A friend wrote to me recently expressing his concern that the US electorate is choosing socialism. That certainly seems to be the case. Republican President George W. Bush socialized prescription drugs for seniors, and now Democratic President Barack Obama has socialized the entire healthcare system. There are other examples, such as the government taking an equity position in General Motors, once the world’s largest private enterprise, and major banks. Since there is little real doubt that Barack Obama and his Democratic Party won the last election fairly and squarely, there is some justification to the claim that we are getting what we wanted—socialism. At least that is the conclusion that one must draw when our fairly elected representatives vote to enact these social programs.
But I don't think the US is consciously choosing socialism per se, even though we are sliding toward socialism one step at a time, with the electorate ratifying each and every step. Furthermore, I doubt that many of our representatives who voted for the healthcare bill, the bailouts, and all the rest would agree that it is fair to call them socialists. They are simply giving Americans what they think we want. If they did otherwise, they would be voted out of office.
The slide toward socialism in America is not a conscious act. Rather it is the inevitable consequence of abandoning the fetters placed upon the federal government by the Constitution. Nowhere in the Constitution will you find authorization for funding ninety percent of the federal government’s current operations or regulating America’s private businesses.
The Self-reliant Become Victims
Rather, the electorate understands that to refrain from lobbying for a government handout of some kind is to become a victim...the government robs you and returns nothing to you or it handicaps you in dealing cooperatively with others. Therefore, the electorate wants "middle class" entitlements similar to the ones the government has granted to the poor, the unions, and big business for decades...with no appreciable beneficial result, by the way.
Economists call this phenomenon a “Tragedy of the Commons”, where all scramble to grab as much of the commonly owned resources as they can before others grab them. Eventually these commonly owned resources are plundered to extinction; thus the name, “Tragedy of the Commons”.
The underlying fact of modern American life is that more and more resources are considered to be “commonly held” or at least subject to confiscation and/or regulation by the government for the benefit of government’s constituencies. It is clear that if you desire to live a life of personal responsibility, asking nothing of anyone, you will become the victim of all the rest—you will contribute more and more to the “common” and get nothing in return.
The Tyranny of State-Sponsored Altuism
Extending welfare benefits to a larger portion of society seems to be unstoppable. There is a very good reason for this. Welfare benefits are couched in the highest altruistic terms; for example, healthcare benefits are extended to the “uninsured”, whom we are told will suffer and die without them. We have heard this refrain before; it got us public housing, food stamps, and aid to families with dependent children.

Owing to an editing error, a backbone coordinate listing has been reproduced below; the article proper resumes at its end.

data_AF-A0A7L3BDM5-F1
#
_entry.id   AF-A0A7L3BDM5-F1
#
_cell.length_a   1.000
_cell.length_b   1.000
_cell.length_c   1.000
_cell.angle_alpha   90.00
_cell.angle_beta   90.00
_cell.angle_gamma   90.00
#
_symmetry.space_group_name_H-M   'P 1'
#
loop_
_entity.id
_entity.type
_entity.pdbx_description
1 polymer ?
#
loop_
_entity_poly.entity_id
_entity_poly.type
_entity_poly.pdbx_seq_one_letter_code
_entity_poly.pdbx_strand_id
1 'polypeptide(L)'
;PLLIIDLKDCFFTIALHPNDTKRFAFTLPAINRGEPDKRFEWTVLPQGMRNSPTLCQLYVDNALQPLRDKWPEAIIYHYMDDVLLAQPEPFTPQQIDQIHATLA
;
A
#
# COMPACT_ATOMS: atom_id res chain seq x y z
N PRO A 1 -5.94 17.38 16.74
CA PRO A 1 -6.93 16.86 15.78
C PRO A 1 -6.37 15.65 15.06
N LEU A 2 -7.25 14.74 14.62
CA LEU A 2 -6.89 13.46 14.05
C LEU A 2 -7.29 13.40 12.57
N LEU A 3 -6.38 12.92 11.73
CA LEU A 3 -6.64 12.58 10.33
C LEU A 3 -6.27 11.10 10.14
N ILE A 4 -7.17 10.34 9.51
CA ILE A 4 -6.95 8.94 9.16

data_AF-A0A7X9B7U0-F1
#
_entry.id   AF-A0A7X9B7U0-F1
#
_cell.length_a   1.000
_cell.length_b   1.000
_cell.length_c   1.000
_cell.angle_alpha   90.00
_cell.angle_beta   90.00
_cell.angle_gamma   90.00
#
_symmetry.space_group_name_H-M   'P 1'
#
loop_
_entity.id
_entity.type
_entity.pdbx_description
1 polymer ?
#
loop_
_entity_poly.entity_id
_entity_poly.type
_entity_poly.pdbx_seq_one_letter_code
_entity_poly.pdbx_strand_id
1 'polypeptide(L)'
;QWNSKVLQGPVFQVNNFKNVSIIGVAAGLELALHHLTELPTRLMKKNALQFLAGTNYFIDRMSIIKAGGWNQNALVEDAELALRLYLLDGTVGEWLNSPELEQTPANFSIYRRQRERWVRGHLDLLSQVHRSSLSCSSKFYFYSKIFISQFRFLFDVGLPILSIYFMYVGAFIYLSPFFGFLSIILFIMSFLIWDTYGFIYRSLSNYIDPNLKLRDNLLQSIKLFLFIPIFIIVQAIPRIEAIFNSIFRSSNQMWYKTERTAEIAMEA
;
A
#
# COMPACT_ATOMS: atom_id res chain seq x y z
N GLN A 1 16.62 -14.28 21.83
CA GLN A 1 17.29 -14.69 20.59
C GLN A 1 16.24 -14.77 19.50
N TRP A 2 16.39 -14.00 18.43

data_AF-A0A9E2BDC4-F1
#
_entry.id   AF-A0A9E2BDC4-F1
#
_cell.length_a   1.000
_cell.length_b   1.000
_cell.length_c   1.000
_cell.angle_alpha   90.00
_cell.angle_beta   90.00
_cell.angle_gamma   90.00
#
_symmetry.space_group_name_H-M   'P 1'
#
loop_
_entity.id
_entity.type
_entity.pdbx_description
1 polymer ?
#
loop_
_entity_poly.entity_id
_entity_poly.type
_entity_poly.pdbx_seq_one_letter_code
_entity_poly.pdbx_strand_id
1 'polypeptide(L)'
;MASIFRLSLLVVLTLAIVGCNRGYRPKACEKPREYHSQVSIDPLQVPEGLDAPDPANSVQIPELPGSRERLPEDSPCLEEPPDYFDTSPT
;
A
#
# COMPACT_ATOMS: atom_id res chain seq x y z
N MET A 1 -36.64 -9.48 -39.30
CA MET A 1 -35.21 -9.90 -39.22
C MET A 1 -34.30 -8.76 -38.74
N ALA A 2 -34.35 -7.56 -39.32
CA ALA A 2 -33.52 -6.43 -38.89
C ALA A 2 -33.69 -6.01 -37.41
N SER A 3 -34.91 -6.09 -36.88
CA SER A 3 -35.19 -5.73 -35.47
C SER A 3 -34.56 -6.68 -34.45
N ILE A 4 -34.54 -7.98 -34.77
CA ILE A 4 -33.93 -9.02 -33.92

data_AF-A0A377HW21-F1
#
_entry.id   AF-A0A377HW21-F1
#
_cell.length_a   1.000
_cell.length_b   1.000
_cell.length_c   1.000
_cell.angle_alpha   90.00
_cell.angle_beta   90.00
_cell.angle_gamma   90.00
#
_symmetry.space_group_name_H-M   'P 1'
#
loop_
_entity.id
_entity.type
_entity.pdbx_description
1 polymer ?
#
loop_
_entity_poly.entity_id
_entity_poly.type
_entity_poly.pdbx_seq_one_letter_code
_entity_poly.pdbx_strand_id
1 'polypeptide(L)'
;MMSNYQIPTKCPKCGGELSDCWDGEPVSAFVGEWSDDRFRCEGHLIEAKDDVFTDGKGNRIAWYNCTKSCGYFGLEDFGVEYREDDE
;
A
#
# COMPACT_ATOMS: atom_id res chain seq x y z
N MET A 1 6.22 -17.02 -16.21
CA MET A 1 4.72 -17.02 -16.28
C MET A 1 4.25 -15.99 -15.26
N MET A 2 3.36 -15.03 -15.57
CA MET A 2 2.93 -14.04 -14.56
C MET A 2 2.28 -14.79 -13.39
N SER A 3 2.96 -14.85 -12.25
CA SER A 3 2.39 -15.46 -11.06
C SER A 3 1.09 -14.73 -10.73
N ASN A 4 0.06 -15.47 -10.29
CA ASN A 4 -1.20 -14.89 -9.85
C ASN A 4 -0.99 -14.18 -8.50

To oppose the extension of these benefits is to incur the scorn of polite society as one who is callous, greedy, smugly comfortable, selfish, etc., and these are the polite terms! It is a brave person who can stand opposed to this scorn for very long. The temptation is to agree in principle but disagree as to the extent of welfare’s reach. One can easily see that this is no obstacle at all, for once any welfare program gains a foothold it is impossible to prevent its spread to the next tier of potential beneficiaries and then the next and then the next, ad infinitum.
Ayn Rand characterized taxpayer-supported welfare as the tyranny of altruism, for it places one at the state-enforced mercy of any and all who claim to be less well off. One no longer may labor for oneself, one’s family, or one’s chosen friends, but for the never-ending and growing ranks of one’s fellow men. The state lays claim as the moral arbiter of public altruism, and since there are legions of potential voters as recipients of all its largess, there is an inherent propensity for the state, acting in its own best interest, to grant more and more public welfare. Since the constitutional restraints have been removed that would have prevented raids on the public treasury, there is no limit to what the state may confiscate and redistribute. Nor is there any rational reason why more and more potential recipients should not lobby to get their share of the public pie. We now have the perfect storm brewing to drown the ship of state in a sea of red ink and the blood of warring “needy” constituents. The poor taxpayer finds that the state may lay a legal claim, backed by moral superiority, to unlimited amounts upon his time and wealth.
The welfare state has come to represent the ultimate form of despotism, because to oppose its greedy hands is to be labeled as a societal enemy of the worst kind. Being an enemy of a conquering power rests more easily upon the shoulders of a man than being an enemy of one’s own countrymen. That is why public altruism is the worst form of tyranny—it is a tyranny that one opposes at the risk of becoming an outlaw within one’s own country, with few friends or supporters. There is no solace borne of the confidence that one has earned the admiration of others that would serve to sustain one in his heroic defiance against this tyranny. Thusly, the American electorate, like electorates everywhere else, slides toward socialism from a combination of self-interest and fear of public condemnation.